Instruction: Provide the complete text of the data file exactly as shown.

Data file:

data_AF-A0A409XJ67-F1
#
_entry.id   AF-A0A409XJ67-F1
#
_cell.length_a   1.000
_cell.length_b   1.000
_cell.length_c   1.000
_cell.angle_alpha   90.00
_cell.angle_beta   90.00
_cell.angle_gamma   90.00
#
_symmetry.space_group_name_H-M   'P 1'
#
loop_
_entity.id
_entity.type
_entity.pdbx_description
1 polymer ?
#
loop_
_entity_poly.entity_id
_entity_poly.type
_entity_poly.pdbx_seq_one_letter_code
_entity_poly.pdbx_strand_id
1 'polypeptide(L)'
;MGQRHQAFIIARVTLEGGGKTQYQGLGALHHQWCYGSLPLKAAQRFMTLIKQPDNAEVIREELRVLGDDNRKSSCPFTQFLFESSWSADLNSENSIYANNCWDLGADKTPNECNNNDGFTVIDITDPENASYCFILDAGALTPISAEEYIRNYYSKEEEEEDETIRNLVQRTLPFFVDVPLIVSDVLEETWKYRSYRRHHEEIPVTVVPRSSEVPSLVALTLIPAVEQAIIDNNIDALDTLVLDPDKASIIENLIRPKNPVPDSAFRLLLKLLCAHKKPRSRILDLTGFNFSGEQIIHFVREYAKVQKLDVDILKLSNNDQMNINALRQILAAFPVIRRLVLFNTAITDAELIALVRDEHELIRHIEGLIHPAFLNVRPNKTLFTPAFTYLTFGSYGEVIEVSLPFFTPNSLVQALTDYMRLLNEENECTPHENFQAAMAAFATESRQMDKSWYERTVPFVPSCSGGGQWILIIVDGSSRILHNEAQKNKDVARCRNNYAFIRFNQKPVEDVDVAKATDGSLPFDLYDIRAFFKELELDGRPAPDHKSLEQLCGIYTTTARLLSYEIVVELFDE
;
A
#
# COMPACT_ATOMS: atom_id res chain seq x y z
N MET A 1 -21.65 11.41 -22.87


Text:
data_AF-A0A409XJ67-F1
#
_entry.id   AF-A0A409XJ67-F1
#
_cell.length_a   1.000
_cell.length_b   1.000
_cell.length_c   1.000
_cell.angle_alpha   90.00
_cell.angle_beta   90.00
_cell.angle_gamma   90.00
#
_symmetry.space_group_name_H-M   'P 1'
#
loop_
_entity.id
_entity.type
_entity.pdbx_description
1 polymer ?
#
loop_
_entity_poly.entity_id
_entity_poly.type
_entity_poly.pdbx_seq_one_letter_code
_entity_poly.pdbx_strand_id
1 'polypeptide(L)'
;MGQRHQAFIIARVTLEGGGKTQYQGLGALHHQWCYGSLPLKAAQRFMTLIKQPDNAEVIREELRVLGDDNRKSSCPFTQFLFESSWSADLNSENSIYANNCWDLGADKTPNECNNNDGFTVIDITDPENASYCFILDAGALTPISAEEYIRNYYSKEEEEEDETIRNLVQRTLPFFVDVPLIVSDVLEETWKYRSYRRHHEEIPVTVVPRSSEVPSLVALTLIPAVEQAIIDNNIDALDTLVLDPDKASIIENLIRPKNPVPDSAFRLLLKLLCAHKKPRSRILDLTGFNFSGEQIIHFVREYAKVQKLDVDILKLSNNDQMNINALRQILAAFPVIRRLVLFNTAITDAELIALVRDEHELIRHIEGLIHPAFLNVRPNKTLFTPAFTYLTFGSYGEVIEVSLPFFTPNSLVQALTDYMRLLNEENECTPHENFQAAMAAFATESRQMDKSWYERTVPFVPSCSGGGQWILIIVDGSSRILHNEAQKNKDVARCRNNYAFIRFNQKPVEDVDVAKATDGSLPFDLYDIRAFFKELELDGRPAPDHKSLEQLCGIYTTTARLLSYEIVVELFDE
;
A
#
# COMPACT_ATOMS: atom_id res chain seq x y z
N MET A 1 -21.65 11.41 -22.87